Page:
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Atopic Dermatitis

Understanding Atopic Dermatitis

For people living with atopic dermatitis, the condition is much more than "just a rash."1-3 Atopic dermatitis is both the most common form of eczema and the most common chronic inflammatory skin condition.4

What is atopic dermatitis? 

Atopic dermatitis is a chronic, relapsing skin condition characterized by intense itching, dry skin and inflammation that can be present on any part of the body. The affected skin can become sore or painful; may crack and weep, or ooze; and may become scaly over time.5-7 

The dry skin that comes with atopic dermatitis often itches—and scratching the affected area can cause a rash that intensifies, leading to more scratching. This “itch/scratch cycle” can cause skin to crack and bleed, which can lead to infections.8

Signs and symptoms of atopic dermatitis can come and go, and may become worse during certain periods, known as "flares."1,9

What causes atopic dermatitis?

While the exact cause of atopic dermatitis is unknown, there are some key factors that may contribute to its development.10-11


red DNA helix

Atopic dermatitis may run in the family. For example, if your parents have atopic dermatitis, you are more likely to develop it yourself.11-12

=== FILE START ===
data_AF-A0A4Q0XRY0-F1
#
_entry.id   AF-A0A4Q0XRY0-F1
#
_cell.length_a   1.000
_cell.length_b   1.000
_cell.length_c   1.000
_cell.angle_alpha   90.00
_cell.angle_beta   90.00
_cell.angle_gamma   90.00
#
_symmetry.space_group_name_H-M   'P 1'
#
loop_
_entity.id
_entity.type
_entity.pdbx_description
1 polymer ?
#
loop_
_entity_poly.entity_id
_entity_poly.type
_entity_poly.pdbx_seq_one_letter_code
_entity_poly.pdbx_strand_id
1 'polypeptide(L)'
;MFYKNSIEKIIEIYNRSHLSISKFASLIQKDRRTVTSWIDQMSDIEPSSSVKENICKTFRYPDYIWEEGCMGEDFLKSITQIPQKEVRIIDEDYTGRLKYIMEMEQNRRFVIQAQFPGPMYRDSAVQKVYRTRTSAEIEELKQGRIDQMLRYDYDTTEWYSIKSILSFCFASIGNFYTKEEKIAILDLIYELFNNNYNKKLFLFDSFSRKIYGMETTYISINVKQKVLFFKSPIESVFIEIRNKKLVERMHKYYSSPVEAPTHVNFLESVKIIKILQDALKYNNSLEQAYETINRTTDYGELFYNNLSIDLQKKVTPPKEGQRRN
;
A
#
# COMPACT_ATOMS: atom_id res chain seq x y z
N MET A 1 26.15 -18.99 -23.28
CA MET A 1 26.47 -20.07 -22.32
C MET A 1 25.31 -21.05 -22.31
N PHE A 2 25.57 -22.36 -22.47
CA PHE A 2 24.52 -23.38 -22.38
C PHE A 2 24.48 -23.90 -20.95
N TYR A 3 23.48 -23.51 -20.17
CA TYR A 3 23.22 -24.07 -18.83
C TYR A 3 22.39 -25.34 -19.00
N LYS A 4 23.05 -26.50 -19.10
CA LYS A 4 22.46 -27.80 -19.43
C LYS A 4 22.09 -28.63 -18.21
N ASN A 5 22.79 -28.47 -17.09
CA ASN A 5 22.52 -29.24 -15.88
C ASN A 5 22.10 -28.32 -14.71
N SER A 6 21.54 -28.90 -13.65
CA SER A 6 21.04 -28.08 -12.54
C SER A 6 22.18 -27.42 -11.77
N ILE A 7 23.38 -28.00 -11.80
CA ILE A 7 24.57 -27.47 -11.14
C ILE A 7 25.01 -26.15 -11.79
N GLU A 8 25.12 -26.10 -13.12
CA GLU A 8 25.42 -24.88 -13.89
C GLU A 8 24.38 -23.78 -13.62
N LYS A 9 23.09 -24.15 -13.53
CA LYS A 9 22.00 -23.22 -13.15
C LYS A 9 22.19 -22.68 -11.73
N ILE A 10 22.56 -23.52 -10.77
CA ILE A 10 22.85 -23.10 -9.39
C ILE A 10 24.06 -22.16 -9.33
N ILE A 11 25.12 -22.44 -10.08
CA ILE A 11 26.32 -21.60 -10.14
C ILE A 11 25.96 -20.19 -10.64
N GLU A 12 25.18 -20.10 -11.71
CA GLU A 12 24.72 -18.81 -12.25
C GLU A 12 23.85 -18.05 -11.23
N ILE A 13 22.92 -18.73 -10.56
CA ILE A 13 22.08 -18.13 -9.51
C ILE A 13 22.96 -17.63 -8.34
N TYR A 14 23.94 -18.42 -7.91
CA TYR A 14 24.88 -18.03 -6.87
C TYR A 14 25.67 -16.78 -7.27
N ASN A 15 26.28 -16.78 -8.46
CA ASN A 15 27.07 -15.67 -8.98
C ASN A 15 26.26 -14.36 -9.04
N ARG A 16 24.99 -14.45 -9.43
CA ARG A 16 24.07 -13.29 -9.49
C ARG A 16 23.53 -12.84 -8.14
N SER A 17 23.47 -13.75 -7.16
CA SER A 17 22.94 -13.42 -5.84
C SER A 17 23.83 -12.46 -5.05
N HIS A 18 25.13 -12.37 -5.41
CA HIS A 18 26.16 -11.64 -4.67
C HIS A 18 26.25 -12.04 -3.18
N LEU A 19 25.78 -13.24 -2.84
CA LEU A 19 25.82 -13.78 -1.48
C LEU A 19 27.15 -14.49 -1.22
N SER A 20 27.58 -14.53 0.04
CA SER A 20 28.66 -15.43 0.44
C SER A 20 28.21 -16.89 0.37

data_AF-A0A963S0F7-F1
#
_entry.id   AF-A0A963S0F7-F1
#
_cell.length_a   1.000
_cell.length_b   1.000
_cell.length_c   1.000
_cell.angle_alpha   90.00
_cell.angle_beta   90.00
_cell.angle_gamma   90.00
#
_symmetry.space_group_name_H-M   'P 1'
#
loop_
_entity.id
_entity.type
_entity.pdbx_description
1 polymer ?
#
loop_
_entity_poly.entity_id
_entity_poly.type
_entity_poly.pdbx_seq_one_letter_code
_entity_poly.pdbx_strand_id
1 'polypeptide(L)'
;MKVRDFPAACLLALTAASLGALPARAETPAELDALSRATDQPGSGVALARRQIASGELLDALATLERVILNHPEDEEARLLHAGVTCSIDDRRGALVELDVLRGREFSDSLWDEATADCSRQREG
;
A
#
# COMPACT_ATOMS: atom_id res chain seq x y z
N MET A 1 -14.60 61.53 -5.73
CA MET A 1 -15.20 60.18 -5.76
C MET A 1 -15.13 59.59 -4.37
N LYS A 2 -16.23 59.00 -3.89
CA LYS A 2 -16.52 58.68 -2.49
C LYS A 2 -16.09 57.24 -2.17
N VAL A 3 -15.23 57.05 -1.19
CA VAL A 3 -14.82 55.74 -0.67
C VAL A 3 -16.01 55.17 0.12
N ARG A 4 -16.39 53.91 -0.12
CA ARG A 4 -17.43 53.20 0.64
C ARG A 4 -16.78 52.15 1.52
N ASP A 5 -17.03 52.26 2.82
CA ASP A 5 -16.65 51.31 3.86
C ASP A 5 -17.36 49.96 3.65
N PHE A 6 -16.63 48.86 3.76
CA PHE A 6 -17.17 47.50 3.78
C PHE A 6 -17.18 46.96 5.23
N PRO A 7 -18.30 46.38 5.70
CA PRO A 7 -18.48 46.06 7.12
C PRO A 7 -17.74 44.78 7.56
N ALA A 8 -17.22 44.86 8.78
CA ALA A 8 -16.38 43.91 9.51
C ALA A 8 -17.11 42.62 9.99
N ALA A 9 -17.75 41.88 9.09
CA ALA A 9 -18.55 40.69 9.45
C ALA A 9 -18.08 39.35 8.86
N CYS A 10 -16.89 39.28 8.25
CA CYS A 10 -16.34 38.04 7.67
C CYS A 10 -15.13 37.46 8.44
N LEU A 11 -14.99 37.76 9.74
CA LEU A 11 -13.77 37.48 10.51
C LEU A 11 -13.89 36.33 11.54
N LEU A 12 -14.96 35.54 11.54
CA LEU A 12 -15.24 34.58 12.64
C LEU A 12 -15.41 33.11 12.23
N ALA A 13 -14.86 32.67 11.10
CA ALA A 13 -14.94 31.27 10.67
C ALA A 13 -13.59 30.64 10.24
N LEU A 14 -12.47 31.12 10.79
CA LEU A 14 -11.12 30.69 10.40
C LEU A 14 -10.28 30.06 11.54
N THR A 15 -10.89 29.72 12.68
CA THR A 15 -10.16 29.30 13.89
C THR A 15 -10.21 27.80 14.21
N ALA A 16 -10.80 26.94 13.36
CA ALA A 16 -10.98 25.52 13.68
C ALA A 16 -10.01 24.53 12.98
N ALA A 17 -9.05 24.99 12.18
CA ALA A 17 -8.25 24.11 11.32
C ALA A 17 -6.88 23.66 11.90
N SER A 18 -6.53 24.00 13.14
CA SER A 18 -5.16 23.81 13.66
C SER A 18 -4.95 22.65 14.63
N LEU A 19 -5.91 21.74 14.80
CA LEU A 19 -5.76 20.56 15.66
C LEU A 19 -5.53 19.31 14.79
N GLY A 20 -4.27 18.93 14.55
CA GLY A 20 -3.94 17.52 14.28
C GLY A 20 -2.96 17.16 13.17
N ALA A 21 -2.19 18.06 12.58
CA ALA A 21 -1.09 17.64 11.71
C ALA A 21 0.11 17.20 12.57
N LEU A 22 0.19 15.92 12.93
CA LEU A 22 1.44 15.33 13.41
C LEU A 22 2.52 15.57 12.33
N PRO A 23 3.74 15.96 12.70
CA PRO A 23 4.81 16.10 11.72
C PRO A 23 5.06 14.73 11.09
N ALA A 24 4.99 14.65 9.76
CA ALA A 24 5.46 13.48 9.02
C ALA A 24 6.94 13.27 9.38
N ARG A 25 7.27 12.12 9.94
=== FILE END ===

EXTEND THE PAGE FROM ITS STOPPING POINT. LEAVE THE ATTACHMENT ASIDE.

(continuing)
Immune System

red hand outline

People with atopic dermatitis can have an overactive immune system. When your body overproduces a protein called interleukin-13 (IL-13), and/or other inflammatory cytokines/proteins, your atopic dermatitis symptoms can worsen.10-11,13

Environmental Triggers

red outline of factory with smoke stacks

Triggers like pollution, allergens, fragrances and certain chemicals can make symptoms worse.11-14 Hot weather and sweat can also worsen atopic dermatitis symptoms.15-16

Who gets atopic dermatitis?

Seven percent of adults in the U.S. live with atopic dermatitis and 40% of them have moderate-to-severe cases.17 It’s even more prevalent for adolescents, ages 12 to 17. Almost 1 out of 10 (9.3%) of adolescents have atopic dermatitis, with more than 50% experiencing moderate-to-severe disease.18

Atopic dermatitis can affect anyone but may appear differently on varying skin tones. People with darker skin may see gray, purple or darker brown patches, while people with lighter skin tones may have red patches. Atopic dermatitis patches in people with darker skin tend to appear thicker and/or bumpier than in those with lighter skin.19 Data also indicates Black Americans are more likely to develop more severe cases.20

Can atopic dermatitis be treated?

Every person’s atopic dermatitis experience is different. The way each person manages the condition, including which treatments work best for them, also varies.1,5,21 Having a treatment plan that works is key to controlling atopic dermatitis. People living with the disease should talk to their health care practitioner openly and honestly to help ensure they fully understand the treatment options and are able to find one that works.22-23

1. Chandan N and Lio P. The shape of atopic dermatitis. Practical Dermatology June 2019:64-78. Available at:

2. Lohman ME and Lio P. Comparison of psoriasis and atopic dermatitis guidelines – an argument for aggressive atopic dermatitis management. Pediatr Dermatol 2017;34(6):739-42.